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I see the scale of the protest; but I don't really understand the end goal here. Eventually Hong Kong will become fully integrated in China, right down to driving on the right-hand side of the street. This is one of many steps in that integration.



The end goal is to at least hold out until the clock ticks down, accepting it isn't going to be better.

This extradition law has far reaching consequences against freedoms and the rule of law that locals have had until now. That's why there's so many people who normally don't mind Chinese geopolitical moves coming out into the streets compared to other protests like the umbrella movement.


> This extradition law has far reaching consequences against freedoms and the rule of law that locals have had until now

Could someone explain how?


Judges in Hong Kong are already complaining that they are being exposed to political pressure by Beijing and that the judicial system in China does not comply with even the most basic standards of judicial fairness.

The pretext for this is that a Hong Kong resident is recently accused of murdering his girl friend in Taiwan. However this law would expose Taiwan citizens to extradition claims when visiting Hong Kong, so even they are against the law even though it would allow them to extradite the alleged murderer.



Seeing you mentioned downvoted comments I arrived at this post.

>Could someone explain how?

Because there is no such thing as Rule of Law in China. Not in any sense where people understands it. The First Rule of Law in China is Rule of the Party. And there is no system in place that overrules the party. Unlike in the west where there is also something to keep everything in check. The law can also be interrupted in anyway as the Party member wishes, even changing / scrapping it now and trace back all previous wrong doings.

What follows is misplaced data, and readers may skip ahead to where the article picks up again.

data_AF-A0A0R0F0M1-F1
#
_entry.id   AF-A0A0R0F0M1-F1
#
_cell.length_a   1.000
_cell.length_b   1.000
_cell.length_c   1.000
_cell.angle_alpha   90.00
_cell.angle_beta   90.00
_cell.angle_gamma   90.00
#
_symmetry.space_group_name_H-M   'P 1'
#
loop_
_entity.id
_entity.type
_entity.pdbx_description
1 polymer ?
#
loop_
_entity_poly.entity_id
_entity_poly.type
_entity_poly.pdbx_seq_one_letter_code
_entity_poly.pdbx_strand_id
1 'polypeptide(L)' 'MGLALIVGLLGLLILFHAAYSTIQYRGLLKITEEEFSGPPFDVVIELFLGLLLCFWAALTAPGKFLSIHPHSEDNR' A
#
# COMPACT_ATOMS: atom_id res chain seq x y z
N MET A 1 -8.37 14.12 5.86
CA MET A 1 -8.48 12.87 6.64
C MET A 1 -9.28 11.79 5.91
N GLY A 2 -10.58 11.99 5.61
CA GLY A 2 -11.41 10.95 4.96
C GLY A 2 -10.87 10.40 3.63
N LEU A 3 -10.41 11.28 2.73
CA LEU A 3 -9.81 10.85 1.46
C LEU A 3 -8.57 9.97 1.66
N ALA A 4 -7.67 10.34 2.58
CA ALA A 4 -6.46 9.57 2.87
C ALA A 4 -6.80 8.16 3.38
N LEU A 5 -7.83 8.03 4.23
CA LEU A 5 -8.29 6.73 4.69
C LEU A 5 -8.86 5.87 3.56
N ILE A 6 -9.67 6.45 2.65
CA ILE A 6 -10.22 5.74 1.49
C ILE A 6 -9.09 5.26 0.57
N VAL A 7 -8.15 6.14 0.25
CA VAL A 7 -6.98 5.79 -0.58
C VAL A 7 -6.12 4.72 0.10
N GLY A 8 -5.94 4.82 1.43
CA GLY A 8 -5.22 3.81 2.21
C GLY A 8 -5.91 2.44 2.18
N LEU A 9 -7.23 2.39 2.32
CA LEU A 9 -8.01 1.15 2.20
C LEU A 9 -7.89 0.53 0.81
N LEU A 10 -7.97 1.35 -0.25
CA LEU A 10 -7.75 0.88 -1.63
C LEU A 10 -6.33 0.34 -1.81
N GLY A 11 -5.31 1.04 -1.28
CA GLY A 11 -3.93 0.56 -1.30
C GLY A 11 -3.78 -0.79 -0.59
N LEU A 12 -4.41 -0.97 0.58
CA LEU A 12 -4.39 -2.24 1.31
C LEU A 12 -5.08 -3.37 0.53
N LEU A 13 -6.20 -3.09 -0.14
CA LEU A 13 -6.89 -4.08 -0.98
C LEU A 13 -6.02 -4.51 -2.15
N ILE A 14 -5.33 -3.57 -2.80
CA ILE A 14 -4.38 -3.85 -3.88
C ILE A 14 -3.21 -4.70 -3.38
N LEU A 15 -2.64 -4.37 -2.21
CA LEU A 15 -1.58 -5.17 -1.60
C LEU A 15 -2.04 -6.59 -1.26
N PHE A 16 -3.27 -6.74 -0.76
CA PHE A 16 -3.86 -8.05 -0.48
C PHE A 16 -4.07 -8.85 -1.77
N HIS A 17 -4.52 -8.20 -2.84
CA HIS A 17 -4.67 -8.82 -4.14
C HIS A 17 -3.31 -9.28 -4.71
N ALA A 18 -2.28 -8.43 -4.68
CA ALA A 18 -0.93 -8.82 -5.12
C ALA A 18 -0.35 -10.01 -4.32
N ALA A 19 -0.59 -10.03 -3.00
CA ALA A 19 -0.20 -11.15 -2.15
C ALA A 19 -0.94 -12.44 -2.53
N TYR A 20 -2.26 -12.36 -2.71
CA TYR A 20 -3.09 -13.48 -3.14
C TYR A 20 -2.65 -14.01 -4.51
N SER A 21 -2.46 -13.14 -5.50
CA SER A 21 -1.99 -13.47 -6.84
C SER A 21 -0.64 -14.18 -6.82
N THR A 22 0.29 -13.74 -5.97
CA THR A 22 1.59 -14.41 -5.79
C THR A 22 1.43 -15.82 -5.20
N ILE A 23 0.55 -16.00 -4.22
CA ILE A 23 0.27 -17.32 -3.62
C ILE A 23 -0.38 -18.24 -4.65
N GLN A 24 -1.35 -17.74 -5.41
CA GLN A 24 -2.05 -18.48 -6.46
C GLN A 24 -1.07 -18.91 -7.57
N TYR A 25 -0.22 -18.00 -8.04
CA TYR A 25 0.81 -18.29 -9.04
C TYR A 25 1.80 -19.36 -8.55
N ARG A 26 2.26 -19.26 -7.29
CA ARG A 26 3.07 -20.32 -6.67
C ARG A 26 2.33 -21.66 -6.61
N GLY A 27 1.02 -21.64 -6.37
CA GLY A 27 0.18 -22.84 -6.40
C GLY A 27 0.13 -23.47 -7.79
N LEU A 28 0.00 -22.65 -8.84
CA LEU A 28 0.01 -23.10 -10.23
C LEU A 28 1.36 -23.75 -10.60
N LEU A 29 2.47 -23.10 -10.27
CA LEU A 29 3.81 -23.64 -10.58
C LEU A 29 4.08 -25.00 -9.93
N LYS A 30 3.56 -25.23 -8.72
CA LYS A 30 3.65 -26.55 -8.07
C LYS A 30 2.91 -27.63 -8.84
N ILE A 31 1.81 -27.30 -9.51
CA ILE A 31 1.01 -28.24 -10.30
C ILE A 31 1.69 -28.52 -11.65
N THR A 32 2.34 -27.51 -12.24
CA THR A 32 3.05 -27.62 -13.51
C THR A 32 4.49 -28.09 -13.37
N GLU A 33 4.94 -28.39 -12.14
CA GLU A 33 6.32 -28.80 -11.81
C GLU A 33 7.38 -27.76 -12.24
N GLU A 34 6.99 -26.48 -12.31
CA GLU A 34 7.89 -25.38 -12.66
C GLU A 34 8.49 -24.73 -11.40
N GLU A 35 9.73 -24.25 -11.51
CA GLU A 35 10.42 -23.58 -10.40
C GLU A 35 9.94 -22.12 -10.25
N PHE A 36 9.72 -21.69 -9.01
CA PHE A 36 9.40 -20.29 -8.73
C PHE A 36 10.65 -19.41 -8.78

This is fundamentally different to how Rule of Law works in the rest of the world and in Hong Kong.

I am not suggesting Rule of Laws works the same everywhere. But for most developed country, they are at least on the same order of magnitude, China is completely off the chart.


Not sure how that answers my question.

There is the rule of law in HK and, according to this bill, any extradition request will be examined by HK courts with the accused able to defend, in the same way as extradition requests from other countries.

Are you implying that Chinese courts will completely fabricate evidence and that HK courts will blindly rubber-stamp it?

More generally, it's not uncommon for Western countries to have extradition treaties with countries where the justice system is more than dubious, but somehow it does not seem that people are shipped over on these countries' whim.


One clear example: HK has not remained a true democracy as promised, only Beijing-approved candidates are allowed to stand in elections.


'Integration' that majority of the people do not want and actively resist. Hong Kong is Chinese but is not China. Its classical case of its not illegal but its not right.

People of Hong Kong know it's a futile resistance, but they still have unbroken spirit and they show it. And that is commendable.


On the expiry of the transition period the extant laws of Hong Kong won't simply cease to exist, or at least that is not the expectation of most Hong Kong people. They feel they have a legitimate right to have a say in how the laws of the territory they live in change.


It is not really a question of integration, as far as I can see.

Currently HK has extradition treaties with 18 countries, but none with Macao, Taiwan, and mainland China.

On the face of it, it is rather odd that currently someone may be extradited from HK (a territory of the PR China) to, say the US, but not to mainland China.

It is understandable that people have reservations because of the judicial system in mainland China but this should ideally be dealt with by safeguards in the proposed bill.

To me it is a bit like arguing that someone in Puerto Rico should not face extradition to the US mainland.


> On the face of it, it is rather odd that currently someone may be extradited from HK (a territory of the PR China) to, say the US, but not to mainland China.

That's why it's a question of integration. If HK were fully integrated with the PRC, requiring an extradition treaty at all would be strange. But it isn't integrated and the protesters evidently want to keep it that way.

I don't know how many Puerto Rican separatists there are, but they would probably oppose extradition to the United States.




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